Bill Clinton and his Secutary Treasurer, Lawrence Summers, are responsible for deregulating the financial markets which led to the astounding loss of jobs resulting from the collapse of the housing derivatives bubble.
Clinton and Summers still defend "the reversal of the 1933 Glass-Steagall Act, a 1999 repeal that destroyed the wall between investment and commercial banking put into place by Franklin Roosevelt in response to the Great Depression.... the obvious truth—that the too-big-to-fail banks, made legal by Clinton-era deregulation, required taxpayer bailouts."
Clinton, in a rare moment of honest appraisal of his record, conceded that his signing of the Commodity Futures Modernization Act (CFMA), legalizing those credit default swaps and collateralized debt obligations, was based on bad advice. That advice would have had to come from Summers....
When the British interviewer reminded him of Clinton’s comment, Summers… bristled: “Again, you make everything so simple… at the time Bill Clinton was president, there essentially were no credit default swaps. So the issue that became a serious problem really wasn’t an issue that was on the horizon.”
That is a lie. Credit default swaps had been sold at least since 1991, and collateralized debt obligations of all sorts quickly became the rage during the Clinton years…. Brooksley Born, the legal expert on such matters that Clinton appointed to head the Commodity Futures Trading Commission (CFTC), warned about the ballooning danger of those unregulated derivatives. Born, who served with Summers as one of four members of the President’s Working Group on Financial Markets, tried repeatedly and in vain to get her colleagues to act. When her pleas fell on deaf ears, she issued a “concept release” calling attention to an unregulated derivatives market that was even then spiraling out of control.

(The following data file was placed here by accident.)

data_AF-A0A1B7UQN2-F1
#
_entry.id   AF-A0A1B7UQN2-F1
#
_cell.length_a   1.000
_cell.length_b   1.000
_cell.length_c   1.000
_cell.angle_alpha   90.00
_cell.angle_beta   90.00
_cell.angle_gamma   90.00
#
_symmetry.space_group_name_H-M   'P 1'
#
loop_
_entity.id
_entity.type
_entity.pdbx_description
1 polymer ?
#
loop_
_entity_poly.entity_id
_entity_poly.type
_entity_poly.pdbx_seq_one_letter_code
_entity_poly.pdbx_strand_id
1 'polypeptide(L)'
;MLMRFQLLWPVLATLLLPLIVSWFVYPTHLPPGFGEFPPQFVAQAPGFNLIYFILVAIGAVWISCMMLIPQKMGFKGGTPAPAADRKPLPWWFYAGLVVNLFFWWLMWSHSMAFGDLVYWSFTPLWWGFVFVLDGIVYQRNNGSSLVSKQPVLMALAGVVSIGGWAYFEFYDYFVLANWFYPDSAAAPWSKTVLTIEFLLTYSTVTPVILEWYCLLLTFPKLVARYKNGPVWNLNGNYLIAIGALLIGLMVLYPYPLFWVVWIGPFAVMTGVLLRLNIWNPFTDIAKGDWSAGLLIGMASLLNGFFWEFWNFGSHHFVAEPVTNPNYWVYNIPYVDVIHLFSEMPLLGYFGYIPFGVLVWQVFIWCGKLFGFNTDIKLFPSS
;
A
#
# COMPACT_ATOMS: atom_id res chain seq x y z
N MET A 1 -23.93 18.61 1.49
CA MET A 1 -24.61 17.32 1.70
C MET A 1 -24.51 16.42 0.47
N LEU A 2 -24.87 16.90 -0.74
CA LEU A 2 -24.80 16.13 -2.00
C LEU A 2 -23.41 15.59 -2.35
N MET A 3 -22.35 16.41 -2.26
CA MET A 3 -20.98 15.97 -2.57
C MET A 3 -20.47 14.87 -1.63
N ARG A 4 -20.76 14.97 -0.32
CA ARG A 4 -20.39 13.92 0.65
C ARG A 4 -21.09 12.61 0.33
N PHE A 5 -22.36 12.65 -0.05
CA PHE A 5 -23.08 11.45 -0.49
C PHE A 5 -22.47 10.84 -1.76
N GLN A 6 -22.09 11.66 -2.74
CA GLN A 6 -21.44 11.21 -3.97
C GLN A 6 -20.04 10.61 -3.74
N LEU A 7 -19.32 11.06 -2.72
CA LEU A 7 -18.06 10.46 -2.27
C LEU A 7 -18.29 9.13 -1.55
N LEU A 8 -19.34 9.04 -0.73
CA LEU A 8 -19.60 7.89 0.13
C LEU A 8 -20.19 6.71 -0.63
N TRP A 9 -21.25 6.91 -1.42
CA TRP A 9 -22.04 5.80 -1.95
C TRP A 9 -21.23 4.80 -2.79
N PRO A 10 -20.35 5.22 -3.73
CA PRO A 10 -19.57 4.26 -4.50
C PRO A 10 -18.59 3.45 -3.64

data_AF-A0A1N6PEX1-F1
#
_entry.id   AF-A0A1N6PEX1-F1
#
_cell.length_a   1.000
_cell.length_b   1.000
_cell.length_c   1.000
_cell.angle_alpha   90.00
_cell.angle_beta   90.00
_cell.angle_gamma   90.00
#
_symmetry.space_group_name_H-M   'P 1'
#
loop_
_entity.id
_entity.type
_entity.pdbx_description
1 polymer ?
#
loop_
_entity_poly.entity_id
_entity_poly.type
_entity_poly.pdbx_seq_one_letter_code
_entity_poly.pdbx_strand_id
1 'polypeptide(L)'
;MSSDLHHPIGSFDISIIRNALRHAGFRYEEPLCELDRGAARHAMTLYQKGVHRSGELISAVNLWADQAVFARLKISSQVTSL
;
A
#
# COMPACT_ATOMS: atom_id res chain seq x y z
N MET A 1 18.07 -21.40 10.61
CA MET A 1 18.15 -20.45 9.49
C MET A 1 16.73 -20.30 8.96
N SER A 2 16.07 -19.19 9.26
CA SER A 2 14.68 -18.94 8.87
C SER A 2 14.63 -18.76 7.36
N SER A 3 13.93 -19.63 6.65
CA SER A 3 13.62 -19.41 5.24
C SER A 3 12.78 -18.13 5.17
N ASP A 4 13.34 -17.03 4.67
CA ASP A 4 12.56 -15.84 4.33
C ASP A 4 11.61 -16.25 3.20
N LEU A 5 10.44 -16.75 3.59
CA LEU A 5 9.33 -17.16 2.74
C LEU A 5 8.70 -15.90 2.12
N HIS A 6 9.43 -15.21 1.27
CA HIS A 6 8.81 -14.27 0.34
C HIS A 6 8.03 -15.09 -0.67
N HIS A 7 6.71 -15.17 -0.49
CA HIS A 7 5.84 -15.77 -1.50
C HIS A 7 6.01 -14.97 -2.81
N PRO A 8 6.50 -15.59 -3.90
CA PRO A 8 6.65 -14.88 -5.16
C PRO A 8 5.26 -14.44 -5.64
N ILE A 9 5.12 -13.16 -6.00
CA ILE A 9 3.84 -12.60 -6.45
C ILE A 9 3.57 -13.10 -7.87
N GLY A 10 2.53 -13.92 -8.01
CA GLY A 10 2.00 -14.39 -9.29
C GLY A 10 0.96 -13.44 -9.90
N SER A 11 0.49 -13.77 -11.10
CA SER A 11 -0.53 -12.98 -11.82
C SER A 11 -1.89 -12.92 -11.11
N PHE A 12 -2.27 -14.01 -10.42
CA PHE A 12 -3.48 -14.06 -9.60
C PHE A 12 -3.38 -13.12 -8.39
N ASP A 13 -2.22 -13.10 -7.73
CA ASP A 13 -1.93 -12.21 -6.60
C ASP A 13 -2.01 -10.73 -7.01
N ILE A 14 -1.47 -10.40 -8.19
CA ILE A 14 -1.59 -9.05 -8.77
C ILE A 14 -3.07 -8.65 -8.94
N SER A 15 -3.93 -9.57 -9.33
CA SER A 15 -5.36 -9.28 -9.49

The CFMA legislation that Summers pushed and Clinton signed was a specific rebuke to Born’s efforts. As Summers testified at the time before a Senate committee: “As you know, Mr. Chairman, the CFTC’s recent concept release has been a matter of great concern, not merely to Treasury, but to all those with an interest in the OTC [over-the-counter] derivatives market....
Summers argued in his congressional testimony that there was no reason for any government regulation of what turned out to be tens of trillions of dollars in toxic assets: “FIRST, the parties to these kinds of contracts are largely sophisticated financial institutions that would appear to be eminently capable of protecting themselves from fraud… SECOND…. there would seem to be little scope for market manipulation of the kind seen in traditional agricultural commodities, the supply of which is inherently limited and changeable.”